“I didn't care for society. I don't know what I'm looking for, but it's not there.”

Remember, Bernays had to create an association between the product and a desire already governing the public's behavior.

And how does Madison Avenue plan to use this information?

“We have evolved a hypothesis, and it is simply that, we feel that they are going to find their identity through consumption. In other words, that through consumption and through identification with products and services, people will gain some identity.”

“Not a lot of people understand how serious we are about saving this planet. I'm dead serious.”

You care about the environment, so you wear Patagonia.

“You know, we carry rifles for a living and we are kind of making jokes about, ‘Oh Black Rifle Coffee Company, this will piss people off.’”

You hate woke culture, so you drink Black Rifle Coffee.

Is this starting to sound familiar? It should. It's called lifestyle branding, and it's the foundation of contemporary consumer marketing. People don't buy your products, they buy the “why” behind your product. But it doesn't matter how much thought leadership you bury it under, the goal is still to shift the beliefs and behaviors of individuals. It's still propaganda.

“The New York woman. When her needs are financial, her reaction is chemical. Chemical New York, the bank for the New York woman. Whoever she is.

Propaganda's new focus on self-expression would creatively liberate Madison Avenue. We don't have to speak to all Americans, we can just focus on the individual. With a more narrow audience, you can take more creative risk.

“No, you don't see many wild stallions anymore. He's one of the last of a wild and very singular breed. Come to where the flavor is, come to Marlboro country.”

The Golden Age of Advertising is generally referred to as a period from the ‘60s to the late '70s. It's kind of the Golden Age of American culture in general. Similar to music and film industries of the time, partly out of exasperation with a culture they just no longer understood, executives in advertising handed the reins over to creatives.

“Who the hell are you talking to? You talking to me?”

All of this resulted in advertising getting weird, and a lot more creatively exciting. They started reimagining what could be done and said within the medium.

“There was a stranger who came into our town. We might have welcomed him, except for one thing – his pants. They weren't dull like ours, and this troubled us.

‘Stranger, how is it your pants have colors and flared legs?’

He just smiled and said, ‘I'm wearing Levi's.’”

This new generation was breaking all the rules, and advertising was doing it too. A great example of this is the iconic Volkswagen ad series. It includes print ads like “Lemon” and “Think Small”. These advertisements break the oldest and most basic rules of advertising: don't insult your products; don't lead with deficiencies in the marketplace.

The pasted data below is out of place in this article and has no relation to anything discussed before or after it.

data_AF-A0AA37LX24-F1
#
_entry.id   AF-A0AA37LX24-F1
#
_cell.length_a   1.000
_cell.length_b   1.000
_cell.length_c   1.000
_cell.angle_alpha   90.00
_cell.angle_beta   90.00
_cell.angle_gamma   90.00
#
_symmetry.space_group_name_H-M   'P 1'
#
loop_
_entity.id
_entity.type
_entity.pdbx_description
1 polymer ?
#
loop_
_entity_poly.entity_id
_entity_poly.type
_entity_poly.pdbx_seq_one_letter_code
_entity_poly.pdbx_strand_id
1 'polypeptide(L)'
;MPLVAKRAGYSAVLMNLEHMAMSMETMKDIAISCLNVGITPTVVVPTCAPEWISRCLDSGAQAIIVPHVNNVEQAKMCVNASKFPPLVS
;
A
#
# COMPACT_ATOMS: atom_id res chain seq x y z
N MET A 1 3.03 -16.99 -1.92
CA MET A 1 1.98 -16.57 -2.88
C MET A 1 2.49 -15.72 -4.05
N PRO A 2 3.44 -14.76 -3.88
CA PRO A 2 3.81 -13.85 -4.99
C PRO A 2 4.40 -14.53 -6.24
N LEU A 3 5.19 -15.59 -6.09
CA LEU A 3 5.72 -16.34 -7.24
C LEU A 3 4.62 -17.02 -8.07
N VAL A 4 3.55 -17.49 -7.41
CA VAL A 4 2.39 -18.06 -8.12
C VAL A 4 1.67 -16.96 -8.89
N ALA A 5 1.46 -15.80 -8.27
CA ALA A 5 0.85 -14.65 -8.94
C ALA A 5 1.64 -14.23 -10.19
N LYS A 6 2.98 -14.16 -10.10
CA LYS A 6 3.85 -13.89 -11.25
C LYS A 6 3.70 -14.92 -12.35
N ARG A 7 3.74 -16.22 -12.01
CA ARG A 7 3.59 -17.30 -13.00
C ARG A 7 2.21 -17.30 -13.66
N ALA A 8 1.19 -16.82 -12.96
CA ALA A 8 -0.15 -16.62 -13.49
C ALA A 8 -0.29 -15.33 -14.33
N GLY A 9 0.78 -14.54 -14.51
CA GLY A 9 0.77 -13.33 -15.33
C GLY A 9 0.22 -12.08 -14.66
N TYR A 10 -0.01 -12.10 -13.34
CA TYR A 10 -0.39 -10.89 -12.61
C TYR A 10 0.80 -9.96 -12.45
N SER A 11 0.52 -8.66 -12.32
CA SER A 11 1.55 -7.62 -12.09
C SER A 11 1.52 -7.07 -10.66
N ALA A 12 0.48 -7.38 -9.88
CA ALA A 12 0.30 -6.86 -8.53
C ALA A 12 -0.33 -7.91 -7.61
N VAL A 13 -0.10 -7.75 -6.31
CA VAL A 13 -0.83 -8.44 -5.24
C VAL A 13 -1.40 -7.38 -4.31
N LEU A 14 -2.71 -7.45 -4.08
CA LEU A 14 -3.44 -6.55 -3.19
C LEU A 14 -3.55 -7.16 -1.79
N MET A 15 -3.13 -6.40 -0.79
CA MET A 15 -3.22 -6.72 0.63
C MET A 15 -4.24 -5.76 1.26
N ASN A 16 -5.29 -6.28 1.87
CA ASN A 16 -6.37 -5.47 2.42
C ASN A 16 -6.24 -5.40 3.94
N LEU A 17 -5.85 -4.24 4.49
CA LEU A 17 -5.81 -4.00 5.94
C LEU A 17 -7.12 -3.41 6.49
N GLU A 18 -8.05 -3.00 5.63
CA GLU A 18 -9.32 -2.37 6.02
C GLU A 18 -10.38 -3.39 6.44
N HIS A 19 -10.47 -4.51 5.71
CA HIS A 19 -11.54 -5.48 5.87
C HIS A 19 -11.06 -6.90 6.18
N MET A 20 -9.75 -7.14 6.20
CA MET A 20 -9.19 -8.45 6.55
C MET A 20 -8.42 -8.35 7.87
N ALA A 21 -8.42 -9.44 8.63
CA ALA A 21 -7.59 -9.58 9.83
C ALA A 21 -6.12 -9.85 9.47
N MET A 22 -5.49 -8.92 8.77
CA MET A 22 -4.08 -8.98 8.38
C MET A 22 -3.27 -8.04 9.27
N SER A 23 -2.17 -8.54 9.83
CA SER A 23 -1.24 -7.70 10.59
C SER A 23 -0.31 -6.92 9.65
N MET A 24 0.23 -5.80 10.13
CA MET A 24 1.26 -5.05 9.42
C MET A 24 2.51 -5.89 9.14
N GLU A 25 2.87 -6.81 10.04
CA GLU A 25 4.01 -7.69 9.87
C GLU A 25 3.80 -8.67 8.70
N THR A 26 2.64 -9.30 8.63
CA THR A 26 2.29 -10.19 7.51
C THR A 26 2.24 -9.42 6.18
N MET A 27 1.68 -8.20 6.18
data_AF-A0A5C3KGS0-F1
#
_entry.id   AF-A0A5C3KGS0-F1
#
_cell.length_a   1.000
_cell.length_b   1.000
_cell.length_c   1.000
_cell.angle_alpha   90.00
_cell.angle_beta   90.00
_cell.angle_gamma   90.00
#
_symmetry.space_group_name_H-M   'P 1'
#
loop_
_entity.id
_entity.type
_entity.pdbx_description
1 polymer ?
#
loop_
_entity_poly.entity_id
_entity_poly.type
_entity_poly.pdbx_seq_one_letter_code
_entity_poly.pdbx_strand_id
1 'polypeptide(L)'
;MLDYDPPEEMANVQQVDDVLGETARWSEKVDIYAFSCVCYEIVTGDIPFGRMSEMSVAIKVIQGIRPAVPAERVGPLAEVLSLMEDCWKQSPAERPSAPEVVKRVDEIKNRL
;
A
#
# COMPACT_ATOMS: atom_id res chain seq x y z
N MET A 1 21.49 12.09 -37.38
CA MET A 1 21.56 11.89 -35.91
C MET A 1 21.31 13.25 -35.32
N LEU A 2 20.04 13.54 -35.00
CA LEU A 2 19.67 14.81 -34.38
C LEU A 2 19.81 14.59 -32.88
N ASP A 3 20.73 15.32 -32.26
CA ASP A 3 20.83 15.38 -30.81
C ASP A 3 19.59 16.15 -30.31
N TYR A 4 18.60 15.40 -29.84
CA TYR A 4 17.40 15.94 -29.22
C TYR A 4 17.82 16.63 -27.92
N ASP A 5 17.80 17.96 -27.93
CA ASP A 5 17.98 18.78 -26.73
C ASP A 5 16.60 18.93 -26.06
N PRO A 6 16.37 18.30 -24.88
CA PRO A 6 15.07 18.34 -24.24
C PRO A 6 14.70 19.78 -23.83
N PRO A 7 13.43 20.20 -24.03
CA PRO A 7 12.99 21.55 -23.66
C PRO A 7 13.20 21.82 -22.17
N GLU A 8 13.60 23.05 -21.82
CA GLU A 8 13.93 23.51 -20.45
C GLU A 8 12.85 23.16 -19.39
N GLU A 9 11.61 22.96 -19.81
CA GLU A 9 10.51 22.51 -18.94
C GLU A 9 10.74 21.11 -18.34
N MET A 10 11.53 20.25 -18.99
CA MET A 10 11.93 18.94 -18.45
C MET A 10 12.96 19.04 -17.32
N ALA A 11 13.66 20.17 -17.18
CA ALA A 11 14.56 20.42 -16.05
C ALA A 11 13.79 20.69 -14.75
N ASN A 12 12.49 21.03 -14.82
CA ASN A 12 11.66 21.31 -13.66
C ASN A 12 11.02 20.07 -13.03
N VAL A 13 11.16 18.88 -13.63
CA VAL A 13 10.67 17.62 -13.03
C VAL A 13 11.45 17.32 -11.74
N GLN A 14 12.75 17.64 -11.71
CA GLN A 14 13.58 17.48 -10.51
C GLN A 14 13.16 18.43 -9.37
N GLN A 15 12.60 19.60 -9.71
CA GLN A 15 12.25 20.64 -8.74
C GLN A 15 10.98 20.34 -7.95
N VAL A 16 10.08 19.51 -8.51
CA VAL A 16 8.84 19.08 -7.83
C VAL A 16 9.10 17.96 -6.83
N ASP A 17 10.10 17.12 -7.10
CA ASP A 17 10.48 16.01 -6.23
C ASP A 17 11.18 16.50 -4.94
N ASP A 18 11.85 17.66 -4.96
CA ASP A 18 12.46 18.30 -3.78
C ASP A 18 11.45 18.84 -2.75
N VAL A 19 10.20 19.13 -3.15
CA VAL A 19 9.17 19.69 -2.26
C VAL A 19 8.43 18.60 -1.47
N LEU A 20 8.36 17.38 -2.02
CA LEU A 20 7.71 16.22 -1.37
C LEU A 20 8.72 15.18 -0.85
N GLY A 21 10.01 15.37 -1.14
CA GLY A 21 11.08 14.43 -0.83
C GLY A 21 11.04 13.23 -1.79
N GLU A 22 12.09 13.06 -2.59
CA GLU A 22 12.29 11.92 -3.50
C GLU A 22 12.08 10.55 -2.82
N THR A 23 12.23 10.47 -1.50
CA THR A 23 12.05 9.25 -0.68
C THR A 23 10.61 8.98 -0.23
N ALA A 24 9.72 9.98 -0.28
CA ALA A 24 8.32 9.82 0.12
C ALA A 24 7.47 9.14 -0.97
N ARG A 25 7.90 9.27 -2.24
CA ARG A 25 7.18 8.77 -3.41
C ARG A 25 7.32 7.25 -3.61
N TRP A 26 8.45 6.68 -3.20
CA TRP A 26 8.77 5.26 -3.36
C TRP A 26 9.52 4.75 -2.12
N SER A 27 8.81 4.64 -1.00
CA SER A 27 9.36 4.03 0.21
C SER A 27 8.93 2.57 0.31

“Just about everyone will be telling you about this great new idea. To think small. It is a great idea. We at Volkswagen have been working on it for 21 years.”

They're no longer even selling the Volkswagen – they're just selling an idea. You don't follow the rules? Neither do we. We see things differently. The results speak for themselves. When you imagine a bunch of hippies in 1970 driving a car, what car are they driving?

Doing something new is a risk, and when an audience sees you take that risk for them and pull it off, they love you for it. This period is the Golden Age because when propaganda stopped focusing on the masses, it was finally able to tell great stories. Propaganda was no longer just manipulating behavior, it was winning hearts and minds.

Ultimately, this shift turned the boomer generation into the greatest generation of consumers Corporate America has ever known. The Boomers got what they always wanted – the ability to express themselves. They just had to pay for it.

The radical self-expression that drove the activism of the ‘60s and '70s had now given way to a rugged individualism and rampant consumerism of the ‘80s and ‘90s. Products have become symbols for self-expression, and as a result, brands became an extension of your own identity. The goal of any communication is now to convey that the product, politician, or entity will help you self-actualize. You'll be able to express yourself more authentically.

It's a mirror. The brand is a better you, and as a result, you become emotionally invested. Its success is your success, so you evangelize it, because you see it as an extension of yourself.

“I love Disney so much.”

“This is literally in my childhood.”

“James Earl Jones coming back as mothering Mufasa!”

The only problem is, the longer you look in the mirror, the harder it is to see where you end, and where the propaganda begins.

Black Panther Party activist, Fred Hampton: “But when I leave, you’ll remember I said, with the last words on my lips, ‘I am…a revolutionary.”

This is propaganda.

Cohosts: Josh Belhumeur and Malcolm Critcher
Producers: Jaclyn Hubersberger and Reed Chandler
Story Editor: Matt Decker
Additional Audio Engineering: Paul Injeti
Original music: Josh Belhumeur